UK’s Challenger Tank ‘Outmatched’ by Russian Armata MBT: Parliamentary Committee

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The U.K Army’s main battle tank (the Challenger 2) is yet to receive any significant capability upgrades, leaving it outmatched by potential adversaries such as the Russian ‘Armata’ tank, the House of Commons Committee on Defence has commented.

The committee commented last week while announcing the launch of a new inquiry into the procurement and use of Armoured Fighting Vehicles in the British Army.

The British Army’s current fleet of Armoured Fighting Vehicles (AFVs) is characterised by increasing age and creeping obsolescence. Vehicles such as the FV430 series armoured personnel carrier have been in service since the 1960s (albeit with a number of life extension upgrades). The main armoured infantry vehicle (Warrior) was introduced in the late 1980s, while the Army’s main battle tank (the Challenger 2) has been in service for around 20 years.

“The Army also needs to procure lightly armoured vehicles (the Multi-Role Vehicle Protected – MRVP) to replace light vehicles which were proven to be lethally inadequate in Afghanistan and to consider the replacement of the AS-90 self-propelled gun. With the exception of protected vehicles required for operations in Iraq and Afghanistan and a small number of specialist engineering vehicles the Army has not received a new armored vehicle since the turn of the century,” the committee noted.

To address these issues, the Ministry of Defence has in place a series of programmes which have encountered a number of difficulties:

  • The Ajax programme (£5.3 billion), designed to replace the Army’s armoured reconnaissance vehicles. In May 2020 it emerged that the delivery of the first batch of Ajax vehicles was to be delayed as they were found not to be ready to be accepted into service. The Army expects to procure some 600 of these vehicles by the mid-2020s.
  • The Warrior Capability Sustainment Programme (£800 million) has been running since 2011 but, despite having spent over 50% of the allocated budget, has yet to place a manufacturing contract. The programme has experienced significant technical problems, with a current in-service date of 2024 (originally planned for 2017);
  • The Challenger 2 Life Extension Programme (budget to be determined) aims to extend the tank’s service life until 2035. This programme has been revised to increase its scope, including upgrades to improve its lethality and survivability in the face of emerging peer threats;
  • The Mechanised Infantry Vehicle (£2.8 billion) programme to introduce a new high-mobility medium-weight infantry vehicle in the form of the Boxer eight-wheeled vehicle. This will replace the aged FV430 fleet of vehicles and is key to delivery of the Army’s Strike Brigade concept; and,
  • Multi Role Vehicle- Protected (budget to be determined) is a UK requirement to replace the Landrover and existing protected vehicle fleets with a common platform. This programme is currently on hold, partly as a result of the US Army’s review of the requirements for its Joint Light Tactical Vehicle (JLTV) programme which is expected to inform the UK’s decision on which vehicle to procure.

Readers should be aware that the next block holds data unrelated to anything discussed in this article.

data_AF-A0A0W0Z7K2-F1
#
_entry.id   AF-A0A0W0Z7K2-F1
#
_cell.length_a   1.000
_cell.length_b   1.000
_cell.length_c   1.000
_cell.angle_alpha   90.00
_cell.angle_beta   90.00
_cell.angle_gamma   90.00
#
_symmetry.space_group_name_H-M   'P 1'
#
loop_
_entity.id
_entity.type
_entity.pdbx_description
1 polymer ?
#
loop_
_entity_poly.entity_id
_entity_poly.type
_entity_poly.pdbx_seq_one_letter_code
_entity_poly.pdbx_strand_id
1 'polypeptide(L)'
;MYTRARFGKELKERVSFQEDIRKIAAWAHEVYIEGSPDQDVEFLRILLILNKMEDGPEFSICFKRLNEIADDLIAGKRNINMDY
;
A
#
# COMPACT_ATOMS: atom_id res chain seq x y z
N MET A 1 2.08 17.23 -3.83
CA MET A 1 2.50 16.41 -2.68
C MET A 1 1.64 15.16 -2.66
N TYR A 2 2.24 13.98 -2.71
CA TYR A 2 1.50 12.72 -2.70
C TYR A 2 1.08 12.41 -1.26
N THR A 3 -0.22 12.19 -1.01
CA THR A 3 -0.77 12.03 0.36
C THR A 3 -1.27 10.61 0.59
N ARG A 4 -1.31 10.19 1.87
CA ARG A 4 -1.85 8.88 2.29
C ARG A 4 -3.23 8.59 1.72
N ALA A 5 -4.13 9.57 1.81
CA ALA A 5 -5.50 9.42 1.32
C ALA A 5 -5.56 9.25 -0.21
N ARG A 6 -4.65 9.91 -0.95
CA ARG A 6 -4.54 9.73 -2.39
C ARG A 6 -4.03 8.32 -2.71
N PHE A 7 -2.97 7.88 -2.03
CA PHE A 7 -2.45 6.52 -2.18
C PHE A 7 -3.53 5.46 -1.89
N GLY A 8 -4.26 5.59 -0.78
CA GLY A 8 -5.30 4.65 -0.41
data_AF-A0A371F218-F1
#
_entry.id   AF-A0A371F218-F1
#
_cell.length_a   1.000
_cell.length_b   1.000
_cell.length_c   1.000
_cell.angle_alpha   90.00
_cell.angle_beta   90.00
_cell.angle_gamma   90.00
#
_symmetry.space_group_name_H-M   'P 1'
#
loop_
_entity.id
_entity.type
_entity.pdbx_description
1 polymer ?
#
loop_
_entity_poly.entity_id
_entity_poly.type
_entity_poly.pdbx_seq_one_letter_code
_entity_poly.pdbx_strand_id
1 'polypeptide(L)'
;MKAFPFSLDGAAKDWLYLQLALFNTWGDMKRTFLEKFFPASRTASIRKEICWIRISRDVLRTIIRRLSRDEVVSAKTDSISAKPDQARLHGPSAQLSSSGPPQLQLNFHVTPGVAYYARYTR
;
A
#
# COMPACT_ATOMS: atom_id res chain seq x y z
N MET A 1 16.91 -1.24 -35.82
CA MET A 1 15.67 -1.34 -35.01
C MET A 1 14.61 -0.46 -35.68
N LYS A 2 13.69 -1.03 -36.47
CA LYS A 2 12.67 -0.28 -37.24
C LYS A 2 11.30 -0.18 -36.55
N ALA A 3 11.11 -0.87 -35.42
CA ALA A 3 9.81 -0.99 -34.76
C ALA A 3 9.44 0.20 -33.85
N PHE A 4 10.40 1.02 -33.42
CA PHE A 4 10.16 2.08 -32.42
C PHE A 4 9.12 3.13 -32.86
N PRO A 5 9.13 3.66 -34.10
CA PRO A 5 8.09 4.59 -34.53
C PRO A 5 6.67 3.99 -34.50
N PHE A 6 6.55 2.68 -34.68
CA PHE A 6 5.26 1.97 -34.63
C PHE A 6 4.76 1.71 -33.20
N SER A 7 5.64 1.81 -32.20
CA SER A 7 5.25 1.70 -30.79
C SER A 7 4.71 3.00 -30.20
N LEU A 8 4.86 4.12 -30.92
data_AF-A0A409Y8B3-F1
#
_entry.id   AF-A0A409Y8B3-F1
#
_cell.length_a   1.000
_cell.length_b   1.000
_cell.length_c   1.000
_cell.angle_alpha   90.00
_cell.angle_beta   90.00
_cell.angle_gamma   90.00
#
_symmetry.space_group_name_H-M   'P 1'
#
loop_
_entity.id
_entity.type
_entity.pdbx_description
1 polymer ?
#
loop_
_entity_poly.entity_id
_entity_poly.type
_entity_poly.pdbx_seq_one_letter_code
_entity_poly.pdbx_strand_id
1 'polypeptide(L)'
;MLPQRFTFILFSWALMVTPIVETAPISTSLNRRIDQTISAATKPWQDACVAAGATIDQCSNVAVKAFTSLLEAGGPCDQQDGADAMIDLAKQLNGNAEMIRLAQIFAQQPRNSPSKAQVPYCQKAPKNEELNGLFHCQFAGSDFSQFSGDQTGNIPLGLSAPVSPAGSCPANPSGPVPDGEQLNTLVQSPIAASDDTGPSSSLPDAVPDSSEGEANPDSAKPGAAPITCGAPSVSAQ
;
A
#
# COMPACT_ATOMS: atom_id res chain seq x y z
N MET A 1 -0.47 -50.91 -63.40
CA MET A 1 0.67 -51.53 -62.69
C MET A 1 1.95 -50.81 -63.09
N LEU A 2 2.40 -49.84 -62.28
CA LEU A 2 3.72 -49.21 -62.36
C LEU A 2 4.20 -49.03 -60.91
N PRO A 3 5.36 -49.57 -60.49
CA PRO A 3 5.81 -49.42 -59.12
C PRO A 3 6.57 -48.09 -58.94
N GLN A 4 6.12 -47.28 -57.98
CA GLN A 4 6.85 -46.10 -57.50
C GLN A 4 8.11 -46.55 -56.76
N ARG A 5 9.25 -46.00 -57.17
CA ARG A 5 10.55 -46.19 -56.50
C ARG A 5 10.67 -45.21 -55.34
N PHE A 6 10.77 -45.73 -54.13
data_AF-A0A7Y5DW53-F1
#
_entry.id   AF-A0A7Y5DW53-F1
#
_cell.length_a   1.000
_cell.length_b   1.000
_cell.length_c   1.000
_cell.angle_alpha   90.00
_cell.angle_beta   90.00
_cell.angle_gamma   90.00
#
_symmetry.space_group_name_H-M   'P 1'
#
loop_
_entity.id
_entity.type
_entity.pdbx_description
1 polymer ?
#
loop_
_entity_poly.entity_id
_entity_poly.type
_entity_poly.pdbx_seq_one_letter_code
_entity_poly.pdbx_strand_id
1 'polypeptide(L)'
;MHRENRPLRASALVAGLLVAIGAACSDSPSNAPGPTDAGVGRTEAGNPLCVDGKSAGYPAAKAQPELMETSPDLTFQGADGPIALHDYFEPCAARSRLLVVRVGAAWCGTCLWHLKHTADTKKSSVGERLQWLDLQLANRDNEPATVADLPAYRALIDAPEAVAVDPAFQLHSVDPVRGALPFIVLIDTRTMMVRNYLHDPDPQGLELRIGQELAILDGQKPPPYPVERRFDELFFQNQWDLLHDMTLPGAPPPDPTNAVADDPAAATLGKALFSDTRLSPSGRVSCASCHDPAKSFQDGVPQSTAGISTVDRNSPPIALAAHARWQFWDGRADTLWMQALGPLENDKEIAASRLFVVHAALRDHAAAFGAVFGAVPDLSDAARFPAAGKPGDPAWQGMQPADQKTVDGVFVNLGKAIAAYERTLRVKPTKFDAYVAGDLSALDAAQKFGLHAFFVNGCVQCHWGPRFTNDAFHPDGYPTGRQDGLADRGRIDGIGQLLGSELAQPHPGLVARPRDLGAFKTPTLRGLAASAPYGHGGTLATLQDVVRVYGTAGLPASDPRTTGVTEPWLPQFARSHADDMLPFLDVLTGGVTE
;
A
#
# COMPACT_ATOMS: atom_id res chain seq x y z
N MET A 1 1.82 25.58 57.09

The programs contribute to the fulfilment of the Army’s current vision for its future and the ability to deploy an armoured division as part of the MOD’s Joint Force 2025 objective.

The committee has set September 4, 2020, as deadline for written submissions to check progress in delivering the British Army’s armoured vehicle capability.

The tank is designed for use in the direct fire zone. Its primary role is to destroy or neutralise armour. However it has the ability to engage both hard and soft targets and can operate across a spectrum of high intensity conflict, counter insurgency and peace keeping roles.

The vehicle is equipped with an L30 120mm rifled tank gun, firing both long rod penetrator and High Explosive Squash Head (HESH) ammunition natures. Secondary armaments are provided with a 7.62mm co-axial chain gun and a 7.62mm pintle mounted General Purpose Machine Gun.

Optical and thermal imager sights are provided for both the Commander and Gunner, including an independent 360 degree panoramic sight for the Commander. The sighting systems, turret and gun are fully stabilised enabling rapid target engagement when static and on the move.

Mobility is provided through a 12-cylinder, 1,200hp Perkins CV12 diesel engine with a David Brown TN54 gearbox, providing six forward and two reverse gears. A double pin track with Hydrogas suspension and a Hydraulic Track Tensioner provide platform stability covering flat road surfaces through to rough cross country terrain.

Challenger 2 has successfully supported British Army operations in Bosnia, Kosovo and Iraq, as part of which, various survivability, lethality and situational awareness improvements were incorporated under Urgent Operational Requirement projects.

The Challenger 2 Life Extension Project (LEP) is a UK MOD contract to remove obsolescence from Challenger 2 and extend its out-of-service date by ten years to 2035. As well as removing obsolescence, there will be the opportunity to make further capability enhancements. The upgraded tank will be referred to as Challenger 2 Mark 2.